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Medical device incident investigations, November 2007

9 November 2007

Sleep apnoea (CPAP and VPAP) devices being used as ventilators

The Therapeutic Goods Administration continues to receive reports that CPAP and VPAP devices are being used as life support units, especially for elderly patients. In one reported case, a patient was "turning blue and nearly died" when their VPAP device stopped when it over heated. The over heat alarm was triggered. Another report concerns a patient who was totally dependent on the device complaining about the lack of a power backup system in case of power failure. The patient claims that he would die if the machine stopped. A third report was about a hospital using one of these devices as a life support patient ventilator when it stopped working due to a motor bearing failure. In that case, the patient was hand ventilated until replacement unit was obtained.

The CPAP and VPAP devices manufactured by several manufacturers are non-continuous ventilators intended to augment the ventilation of patients who have restrictive or obstructive respiratory disorders and require non-continuous ventilator support. Examples of such respiratory disorders are obstructive sleep apnoea, chronic obstructive pulmonary disease, neuromuscular and chest wall diseases. The Clinical and Operating Manuals state that these devices are not intended to be used as life support ventilators. They may stop operating due to a power failure or if a fault occurs in the product.

Recommendations:

The TGA emphasises that the use of CPAP and VPAP ventilators for life support is in breach of the manufacturers' intended purpose and may lead to a serious adverse event. The units lack appropriate alarms and backup modes normally required for life supporting patient ventilators.

Statistics report

Device incident reports 01/07/2007 to 30/09/2007

Number received: 340

Cause of problem1
Component failure 11
Contamination 5
Design 25
Electrical 15
Inadequate Instructions 11
Labelling 3
Maintenance 3
Manufacture 35
Material/Formulation Deficiency 12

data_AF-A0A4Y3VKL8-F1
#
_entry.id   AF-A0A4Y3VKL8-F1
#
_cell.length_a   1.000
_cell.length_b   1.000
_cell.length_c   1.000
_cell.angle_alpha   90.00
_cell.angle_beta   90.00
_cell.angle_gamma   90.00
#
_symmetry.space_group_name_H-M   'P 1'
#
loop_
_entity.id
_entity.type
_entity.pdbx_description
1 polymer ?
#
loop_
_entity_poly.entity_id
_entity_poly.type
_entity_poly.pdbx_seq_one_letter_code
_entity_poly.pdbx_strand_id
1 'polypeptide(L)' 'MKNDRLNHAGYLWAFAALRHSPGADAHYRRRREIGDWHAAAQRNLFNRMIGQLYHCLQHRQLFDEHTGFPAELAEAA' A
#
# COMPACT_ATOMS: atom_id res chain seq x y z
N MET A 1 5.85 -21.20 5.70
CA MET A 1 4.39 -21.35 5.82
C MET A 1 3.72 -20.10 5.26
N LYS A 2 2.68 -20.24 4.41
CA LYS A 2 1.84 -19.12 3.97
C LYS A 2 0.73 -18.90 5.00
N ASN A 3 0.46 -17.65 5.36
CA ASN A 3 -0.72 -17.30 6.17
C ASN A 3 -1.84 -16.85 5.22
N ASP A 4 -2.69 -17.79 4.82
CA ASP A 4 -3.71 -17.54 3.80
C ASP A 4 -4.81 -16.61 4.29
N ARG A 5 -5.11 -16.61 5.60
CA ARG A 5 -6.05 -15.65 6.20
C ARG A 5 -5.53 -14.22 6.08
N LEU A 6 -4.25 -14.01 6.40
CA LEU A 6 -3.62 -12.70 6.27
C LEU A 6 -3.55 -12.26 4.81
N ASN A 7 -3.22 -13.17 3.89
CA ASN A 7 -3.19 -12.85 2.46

Mechanical 40
Not Device Related 60
Other 63
Packaging/Sterility 3
Quality Assurance 16
Unknown 118
Wear/Deterioration 24
Effect
Death 13
Serious Injury 83
Temporary Injury 102
No Injury 216
Source category
Medical Administrator 13
Specialist/Clinician 22
Nurse 39
Blood Bank 8
Hospital Supply Service 32
Other 25
Sponsor 258
Overseas Advice 1
Biomed Engineer 8
Para Medical 3
Patient/User 7
Dentist 1
Coroner 1
Result of investigation
Bulletin article 3
Company warned 1
Compliance testing 7
No Further Action 99
Not Investigated2 236
Other 20
Problem Not Confirmed 15
Product Improvement 23
Recall/Hazard Alert 10
Safety Alert 8
User Education 16

Notes

  1. The problem causes are not mutually exclusive. For example, a material deficiency may have led to a mechanical malfunction or a biocompatibility problem.
  2. Every report received by IRIS receives a risk analysis by the Scheme Coordinator and is discussed by a panel of technical and clinical professionals. In the case of reports that are "Not Investigated" the panel has made a decision that further investigation of the particular event is not necessary at that time. However, these reports are logged into the database for future reference and the trend of reports is monitored. In making their decision, the panel considers whether any similar reports have been received previously.

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